Plus, there are some factors that may influence delayed-onset muscle soreness that have nothing to do with how hard you’ve worked out. One big one? Hydration, says Dr. Metzl. The more hydrated you are before, during, and after a workout, the less likely you are to experience DOMS.
Also, some people may just be more prone to it than others, though experts aren’t really sure what factors come into play there.
Coconut Water: Really Good For Hydration Or Just Another Drink Fad?
How to Treat DOMS
If you’re experiencing DOMS, the worst thing you can do is ignore it and hit those same, achy muscles with a tough workout.
Besides it hurting like hell, you can also risk injury—and, surprisingly, not just to the muscles that are already sore.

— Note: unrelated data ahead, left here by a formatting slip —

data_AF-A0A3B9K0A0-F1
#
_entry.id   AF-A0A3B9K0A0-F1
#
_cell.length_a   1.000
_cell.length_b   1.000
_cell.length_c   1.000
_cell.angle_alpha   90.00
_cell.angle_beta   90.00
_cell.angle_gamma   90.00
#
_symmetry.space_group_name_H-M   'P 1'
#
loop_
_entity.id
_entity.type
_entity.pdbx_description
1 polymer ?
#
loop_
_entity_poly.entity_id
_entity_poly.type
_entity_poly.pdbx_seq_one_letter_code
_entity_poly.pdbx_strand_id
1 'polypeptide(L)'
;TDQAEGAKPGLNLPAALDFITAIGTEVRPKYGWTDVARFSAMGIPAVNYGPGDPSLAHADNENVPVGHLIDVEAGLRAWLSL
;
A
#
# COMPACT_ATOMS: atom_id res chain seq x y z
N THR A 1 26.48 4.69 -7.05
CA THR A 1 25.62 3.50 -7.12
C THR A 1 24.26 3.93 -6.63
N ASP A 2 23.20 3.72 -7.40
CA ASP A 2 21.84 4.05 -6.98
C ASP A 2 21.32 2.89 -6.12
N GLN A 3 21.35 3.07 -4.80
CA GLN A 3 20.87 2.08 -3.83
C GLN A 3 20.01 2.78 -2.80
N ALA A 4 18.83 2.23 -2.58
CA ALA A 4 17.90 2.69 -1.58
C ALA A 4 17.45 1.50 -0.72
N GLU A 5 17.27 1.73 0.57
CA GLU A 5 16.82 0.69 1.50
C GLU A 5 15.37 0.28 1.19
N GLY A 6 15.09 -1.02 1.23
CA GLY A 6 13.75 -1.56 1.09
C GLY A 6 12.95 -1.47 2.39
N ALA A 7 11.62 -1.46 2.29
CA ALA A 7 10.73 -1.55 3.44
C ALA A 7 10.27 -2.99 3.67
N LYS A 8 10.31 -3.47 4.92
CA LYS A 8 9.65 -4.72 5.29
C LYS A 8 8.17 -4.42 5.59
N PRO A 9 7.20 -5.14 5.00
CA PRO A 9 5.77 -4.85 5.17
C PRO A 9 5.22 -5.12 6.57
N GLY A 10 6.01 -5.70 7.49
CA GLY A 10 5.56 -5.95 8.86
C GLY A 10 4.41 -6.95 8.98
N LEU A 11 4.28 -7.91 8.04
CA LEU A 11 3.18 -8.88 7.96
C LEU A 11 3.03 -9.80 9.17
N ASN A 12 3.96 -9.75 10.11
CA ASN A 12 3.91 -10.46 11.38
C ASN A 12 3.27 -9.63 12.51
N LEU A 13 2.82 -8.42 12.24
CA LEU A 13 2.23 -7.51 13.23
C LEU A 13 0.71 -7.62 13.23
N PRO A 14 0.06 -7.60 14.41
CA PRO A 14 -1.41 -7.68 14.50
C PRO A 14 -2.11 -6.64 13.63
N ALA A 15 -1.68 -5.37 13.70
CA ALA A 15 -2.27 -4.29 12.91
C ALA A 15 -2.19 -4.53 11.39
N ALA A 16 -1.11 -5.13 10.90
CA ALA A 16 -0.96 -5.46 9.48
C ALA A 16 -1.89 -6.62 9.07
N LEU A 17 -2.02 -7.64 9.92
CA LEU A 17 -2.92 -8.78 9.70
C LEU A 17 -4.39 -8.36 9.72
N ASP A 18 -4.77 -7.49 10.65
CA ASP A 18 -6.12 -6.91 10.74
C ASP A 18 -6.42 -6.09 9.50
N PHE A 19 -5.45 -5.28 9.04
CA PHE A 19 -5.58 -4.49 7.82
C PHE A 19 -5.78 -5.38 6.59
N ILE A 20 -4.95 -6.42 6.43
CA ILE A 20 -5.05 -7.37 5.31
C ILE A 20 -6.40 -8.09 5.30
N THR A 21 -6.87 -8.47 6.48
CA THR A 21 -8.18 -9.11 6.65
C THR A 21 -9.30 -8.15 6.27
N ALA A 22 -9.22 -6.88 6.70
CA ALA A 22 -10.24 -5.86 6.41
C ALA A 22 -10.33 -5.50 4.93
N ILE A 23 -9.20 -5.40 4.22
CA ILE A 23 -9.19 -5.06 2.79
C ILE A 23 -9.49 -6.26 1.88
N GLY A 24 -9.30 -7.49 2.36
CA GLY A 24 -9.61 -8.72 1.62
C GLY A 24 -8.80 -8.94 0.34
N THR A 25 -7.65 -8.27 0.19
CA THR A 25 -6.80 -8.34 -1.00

That’s because delayed-onset muscle soreness causes you to use your muscles differently, Callaghan explains. After all, think of how you walk up and down your stairs after leg day. In order to avoid stressing your sore quads, you may creep up and down gingerly, engaging other muscles to take some of the strain off the major players.
Not such a big deal when you’re simply talking stairs. But if you’re in the gym, you might find yourself compensating with other muscles that shouldn’t be key players during certain moves, Callaghan says.
Say, for instance, you do a max deadlifting session on Monday. Two days later, you’re dealing with some serious DOMS in your hamstrings. If you decide to deadlift again on Wednesday, you may end up avoiding firing your achy hammies, and instead bring your lower back into play, instead. Big problem: That can lead to back strain and pain.
But that’s not to say you should park yourself on your couch when you’re dealing with DOMS. It’s important to do low-impact activities so your muscles can loosen up, like a short walk or swim. Foam rolling and stretching those muscles will also help.